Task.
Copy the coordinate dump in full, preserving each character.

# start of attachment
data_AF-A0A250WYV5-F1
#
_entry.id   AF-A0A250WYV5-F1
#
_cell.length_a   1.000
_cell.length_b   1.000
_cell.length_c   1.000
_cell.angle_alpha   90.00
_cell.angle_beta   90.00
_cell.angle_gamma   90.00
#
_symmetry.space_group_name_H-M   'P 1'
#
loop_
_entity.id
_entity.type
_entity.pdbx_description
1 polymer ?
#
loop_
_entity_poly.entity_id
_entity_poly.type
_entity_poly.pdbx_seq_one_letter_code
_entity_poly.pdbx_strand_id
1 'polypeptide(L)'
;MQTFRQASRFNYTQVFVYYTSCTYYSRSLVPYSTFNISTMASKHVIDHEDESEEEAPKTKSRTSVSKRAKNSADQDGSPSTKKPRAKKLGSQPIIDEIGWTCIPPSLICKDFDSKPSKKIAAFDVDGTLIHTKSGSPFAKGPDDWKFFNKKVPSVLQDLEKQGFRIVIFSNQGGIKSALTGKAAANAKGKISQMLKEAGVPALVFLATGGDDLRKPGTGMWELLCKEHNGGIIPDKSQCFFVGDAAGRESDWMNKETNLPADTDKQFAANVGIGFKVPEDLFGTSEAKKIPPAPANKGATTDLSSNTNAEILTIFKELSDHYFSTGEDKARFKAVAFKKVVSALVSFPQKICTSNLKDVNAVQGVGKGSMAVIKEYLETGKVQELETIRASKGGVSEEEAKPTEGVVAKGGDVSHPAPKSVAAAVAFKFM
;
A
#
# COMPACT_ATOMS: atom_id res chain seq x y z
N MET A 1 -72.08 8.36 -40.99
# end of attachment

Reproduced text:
data_AF-A0A250WYV5-F1
#
_entry.id   AF-A0A250WYV5-F1
#
_cell.length_a   1.000
_cell.length_b   1.000
_cell.length_c   1.000
_cell.angle_alpha   90.00
_cell.angle_beta   90.00
_cell.angle_gamma   90.00
#
_symmetry.space_group_name_H-M   'P 1'
#
loop_
_entity.id
_entity.type
_entity.pdbx_description
1 polymer ?
#
loop_
_entity_poly.entity_id
_entity_poly.type
_entity_poly.pdbx_seq_one_letter_code
_entity_poly.pdbx_strand_id
1 'polypeptide(L)'
;MQTFRQASRFNYTQVFVYYTSCTYYSRSLVPYSTFNISTMASKHVIDHEDESEEEAPKTKSRTSVSKRAKNSADQDGSPSTKKPRAKKLGSQPIIDEIGWTCIPPSLICKDFDSKPSKKIAAFDVDGTLIHTKSGSPFAKGPDDWKFFNKKVPSVLQDLEKQGFRIVIFSNQGGIKSALTGKAAANAKGKISQMLKEAGVPALVFLATGGDDLRKPGTGMWELLCKEHNGGIIPDKSQCFFVGDAAGRESDWMNKETNLPADTDKQFAANVGIGFKVPEDLFGTSEAKKIPPAPANKGATTDLSSNTNAEILTIFKELSDHYFSTGEDKARFKAVAFKKVVSALVSFPQKICTSNLKDVNAVQGVGKGSMAVIKEYLETGKVQELETIRASKGGVSEEEAKPTEGVVAKGGDVSHPAPKSVAAAVAFKFM
;
A
#
# COMPACT_ATOMS: atom_id res chain seq x y z
N MET A 1 -72.08 8.36 -40.99